The military tribunal was headed by Brigadier Rahimuddin Khan, who would later become a four-star general in the Pakistan army. Among the witnesses the regime produced against Bangabandhu were some Bangali journalists and businessmen flown from Dhaka, together with some Bangali army officers who had been kept in custody and subjected to torture in the process. The regime appointed AK Brohi to defend Mujib, who refused to accept him as his lawyer. Bangabandhu asked for Kamal Hossain but was given the evasive response that Hossain was not available. Hossain, of course, was a prisoner too.

On August 10, Indian Prime Minister Indira Gandhi voiced her concerns over the trial in a message to various heads of government: “Government and people of India as well as our press and parliament are greatly perturbed by the reported statement of President Yahya Khan that he is going to start secret military trial of Mujibur Rahman without affording him any foreign legal assistance. We apprehend that this so-called trial will be used only as a cover to execute Sheikh Mujibur Rahman.”

The trial caused concerns in Washington. Its envoy in Pakistan, Joseph Farland, met Yahya and discussed the case. This is how a report of the meeting emanated from American sources: “The US ambassador pressed Yahya not to execute Sheikh Mujib. Yahya further stated that because the charge carried the possibility of a death sentence, it was his plan that if such the verdict be, a request for mercy would be made on the Sheikh’s behalf, and he, Yahya, would accept the petition.”

TIME magazine carried a report on the trial in its August 23, 1971 issue under the heading “Pakistan: Mujib’s secret trial.” The report read thus: “‘Our people will react violently to this,’ a member of the Bengali liberation underground whispered to TIME correspondent David Greenway in Dacca last week. The warning proved all too true. Sheik Mujibur (‘Mujib’) Rahman, 51, fiery leader of East Pakistan and the man who may hold the key to ending the bloody five-month-old civil war, had just gone on trial for his life before a military court in West Pakistan, more than 1,500 miles away. Late that same afternoon, a bomb exploded in the lobby of Dacca’s Intercontinental Hotel.”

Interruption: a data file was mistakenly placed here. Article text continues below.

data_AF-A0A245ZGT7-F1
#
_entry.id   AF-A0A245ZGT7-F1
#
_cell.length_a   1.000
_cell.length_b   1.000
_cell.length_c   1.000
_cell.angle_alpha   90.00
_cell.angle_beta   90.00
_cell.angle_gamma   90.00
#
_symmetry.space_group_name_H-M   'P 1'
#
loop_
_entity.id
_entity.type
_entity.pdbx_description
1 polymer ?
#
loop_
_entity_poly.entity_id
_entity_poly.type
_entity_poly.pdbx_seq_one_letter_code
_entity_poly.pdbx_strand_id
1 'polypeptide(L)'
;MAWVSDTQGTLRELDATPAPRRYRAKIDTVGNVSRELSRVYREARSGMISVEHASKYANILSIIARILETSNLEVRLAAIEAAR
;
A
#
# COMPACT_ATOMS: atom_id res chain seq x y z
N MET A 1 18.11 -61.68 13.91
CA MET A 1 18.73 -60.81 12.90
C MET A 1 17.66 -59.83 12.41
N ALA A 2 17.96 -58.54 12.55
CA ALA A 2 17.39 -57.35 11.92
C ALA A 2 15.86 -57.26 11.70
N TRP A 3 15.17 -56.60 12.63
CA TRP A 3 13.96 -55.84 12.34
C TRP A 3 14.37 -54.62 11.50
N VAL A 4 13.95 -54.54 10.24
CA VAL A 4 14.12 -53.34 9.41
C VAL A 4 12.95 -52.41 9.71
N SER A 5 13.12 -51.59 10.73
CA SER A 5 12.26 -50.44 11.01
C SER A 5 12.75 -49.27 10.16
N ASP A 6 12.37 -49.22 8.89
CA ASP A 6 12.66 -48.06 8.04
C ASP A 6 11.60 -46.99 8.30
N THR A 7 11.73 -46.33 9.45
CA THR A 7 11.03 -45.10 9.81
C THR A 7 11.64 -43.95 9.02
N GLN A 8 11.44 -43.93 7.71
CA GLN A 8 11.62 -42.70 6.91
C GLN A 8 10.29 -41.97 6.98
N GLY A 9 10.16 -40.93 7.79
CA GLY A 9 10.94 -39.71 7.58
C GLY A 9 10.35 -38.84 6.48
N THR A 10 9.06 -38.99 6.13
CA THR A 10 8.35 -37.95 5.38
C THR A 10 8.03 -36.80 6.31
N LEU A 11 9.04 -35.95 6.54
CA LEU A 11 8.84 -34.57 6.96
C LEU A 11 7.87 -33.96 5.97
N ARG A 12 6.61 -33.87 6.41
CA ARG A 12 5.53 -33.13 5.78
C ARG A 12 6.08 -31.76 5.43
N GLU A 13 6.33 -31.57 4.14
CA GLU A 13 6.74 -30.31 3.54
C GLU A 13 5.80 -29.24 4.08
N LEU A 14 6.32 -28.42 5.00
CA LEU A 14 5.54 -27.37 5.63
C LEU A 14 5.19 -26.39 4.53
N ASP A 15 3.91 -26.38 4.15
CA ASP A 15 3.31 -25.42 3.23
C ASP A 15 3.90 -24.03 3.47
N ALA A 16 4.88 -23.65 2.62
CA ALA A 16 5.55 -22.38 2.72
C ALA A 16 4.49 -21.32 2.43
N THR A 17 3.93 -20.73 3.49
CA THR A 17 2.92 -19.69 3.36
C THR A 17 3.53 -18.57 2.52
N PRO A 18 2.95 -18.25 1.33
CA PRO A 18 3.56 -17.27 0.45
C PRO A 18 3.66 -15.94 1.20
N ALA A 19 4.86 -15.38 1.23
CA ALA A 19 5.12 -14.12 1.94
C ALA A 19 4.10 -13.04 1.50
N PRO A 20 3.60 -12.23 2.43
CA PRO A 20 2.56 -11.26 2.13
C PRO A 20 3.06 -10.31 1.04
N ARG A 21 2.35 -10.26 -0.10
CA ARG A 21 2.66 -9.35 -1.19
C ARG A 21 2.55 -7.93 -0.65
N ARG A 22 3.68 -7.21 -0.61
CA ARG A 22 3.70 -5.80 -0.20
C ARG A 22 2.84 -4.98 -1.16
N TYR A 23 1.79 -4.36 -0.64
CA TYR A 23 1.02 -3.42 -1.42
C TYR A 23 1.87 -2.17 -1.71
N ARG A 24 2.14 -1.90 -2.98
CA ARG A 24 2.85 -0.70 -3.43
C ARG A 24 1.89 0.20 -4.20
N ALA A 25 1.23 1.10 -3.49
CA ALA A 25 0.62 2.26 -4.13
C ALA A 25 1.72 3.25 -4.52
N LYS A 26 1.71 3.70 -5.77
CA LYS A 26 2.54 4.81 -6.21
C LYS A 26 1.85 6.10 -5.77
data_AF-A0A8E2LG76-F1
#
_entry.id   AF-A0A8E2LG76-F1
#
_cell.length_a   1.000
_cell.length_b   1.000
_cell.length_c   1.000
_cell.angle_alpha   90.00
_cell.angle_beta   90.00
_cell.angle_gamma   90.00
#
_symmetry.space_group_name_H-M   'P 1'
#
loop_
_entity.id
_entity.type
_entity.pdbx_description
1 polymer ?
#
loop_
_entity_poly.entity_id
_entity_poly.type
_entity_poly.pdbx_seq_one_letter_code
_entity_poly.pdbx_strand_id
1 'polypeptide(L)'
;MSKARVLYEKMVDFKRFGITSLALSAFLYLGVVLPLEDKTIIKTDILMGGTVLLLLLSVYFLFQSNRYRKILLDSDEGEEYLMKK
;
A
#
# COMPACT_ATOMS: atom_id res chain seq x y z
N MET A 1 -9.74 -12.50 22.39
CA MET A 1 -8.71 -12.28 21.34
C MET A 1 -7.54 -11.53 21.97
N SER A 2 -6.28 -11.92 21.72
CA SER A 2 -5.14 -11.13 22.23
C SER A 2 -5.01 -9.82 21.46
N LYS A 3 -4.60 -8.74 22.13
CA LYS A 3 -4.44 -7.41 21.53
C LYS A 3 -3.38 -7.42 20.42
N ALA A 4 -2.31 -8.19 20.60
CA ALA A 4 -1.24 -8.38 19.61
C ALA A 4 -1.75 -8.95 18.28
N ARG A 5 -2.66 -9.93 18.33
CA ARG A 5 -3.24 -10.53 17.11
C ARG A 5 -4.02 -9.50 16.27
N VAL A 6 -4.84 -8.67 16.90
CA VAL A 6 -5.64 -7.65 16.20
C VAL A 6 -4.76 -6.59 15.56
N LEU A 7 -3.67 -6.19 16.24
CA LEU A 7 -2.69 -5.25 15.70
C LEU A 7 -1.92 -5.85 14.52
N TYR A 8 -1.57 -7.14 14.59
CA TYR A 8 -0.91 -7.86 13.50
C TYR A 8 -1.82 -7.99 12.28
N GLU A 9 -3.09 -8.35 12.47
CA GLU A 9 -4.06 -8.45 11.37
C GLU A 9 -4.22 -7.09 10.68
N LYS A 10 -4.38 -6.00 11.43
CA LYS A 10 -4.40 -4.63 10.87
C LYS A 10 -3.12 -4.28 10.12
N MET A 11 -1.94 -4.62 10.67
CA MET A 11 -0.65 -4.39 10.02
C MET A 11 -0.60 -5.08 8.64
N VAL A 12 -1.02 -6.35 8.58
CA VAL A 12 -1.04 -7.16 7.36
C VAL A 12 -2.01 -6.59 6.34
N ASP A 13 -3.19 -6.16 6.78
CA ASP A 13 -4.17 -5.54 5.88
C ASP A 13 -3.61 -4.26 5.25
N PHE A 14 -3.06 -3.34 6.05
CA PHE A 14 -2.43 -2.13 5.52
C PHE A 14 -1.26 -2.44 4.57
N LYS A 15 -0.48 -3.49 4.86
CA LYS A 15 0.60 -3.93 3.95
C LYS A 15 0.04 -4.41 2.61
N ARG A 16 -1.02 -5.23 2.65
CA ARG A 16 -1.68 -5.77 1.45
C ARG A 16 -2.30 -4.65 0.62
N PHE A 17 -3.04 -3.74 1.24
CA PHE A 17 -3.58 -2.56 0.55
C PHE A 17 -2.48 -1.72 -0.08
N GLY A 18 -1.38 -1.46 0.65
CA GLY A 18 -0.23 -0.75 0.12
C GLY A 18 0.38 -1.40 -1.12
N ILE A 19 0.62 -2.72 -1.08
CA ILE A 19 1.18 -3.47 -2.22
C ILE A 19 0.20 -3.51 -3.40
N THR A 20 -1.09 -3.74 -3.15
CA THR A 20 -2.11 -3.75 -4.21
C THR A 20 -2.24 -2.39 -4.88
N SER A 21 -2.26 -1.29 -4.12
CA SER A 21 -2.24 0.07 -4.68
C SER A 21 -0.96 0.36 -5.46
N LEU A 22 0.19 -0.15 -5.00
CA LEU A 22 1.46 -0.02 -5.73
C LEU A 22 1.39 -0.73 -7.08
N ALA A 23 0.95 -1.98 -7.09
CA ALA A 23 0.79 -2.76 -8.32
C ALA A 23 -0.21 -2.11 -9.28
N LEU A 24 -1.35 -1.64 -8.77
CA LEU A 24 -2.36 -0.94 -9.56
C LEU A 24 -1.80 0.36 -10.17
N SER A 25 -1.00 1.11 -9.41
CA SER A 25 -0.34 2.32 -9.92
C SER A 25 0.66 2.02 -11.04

Reports of the trial prompted Prime Minister Tajuddin Ahmad to make the following comment over Shwadhin Bangla Betar on August 13: “The reported trial of Bangabandhu has shocked the entire world. The self-imposed President of Pakistan has no authority to try Sheikh Mujibur Rahman, who has proved to be a leader through people’s verdict.”

The trial was causing international repercussions as well. A report in the August 17 issue of The Hindustan Times noted: “(Senator Edward Kennedy) denounced the secret trial of the Sheikh by the Pakistan military regime. ‘I think the only crime Mujib has committed was winning an election.’ The trial was a travesty of the fundamentals of international law.”

The trial proceeded nevertheless, at the end of which, in November, a sentence of death was passed on Bangabandhu. In December 1971, before handing over power to ZA Bhutto, a disgraced Yahya Khan wished to execute the Bengali leader. Bhutto did not countenance the suggestion on the ground that it would place Pakistan’s prisoners of war in India in grave jeopardy.

Upon his release, Bangabandhu expressed his gratitude to Bhutto for saving his life. Ironically, it was a gleeful Bhutto who celebrated Sheikh Mujibur Rahman’s assassination in August 1975 through recognizing what he thought was now the Islamic Republic of Bangladesh and dispatching a consignment of rice and cloth to Bangladesh. 

Syed Badrul Ahsan is a journalist and biographer.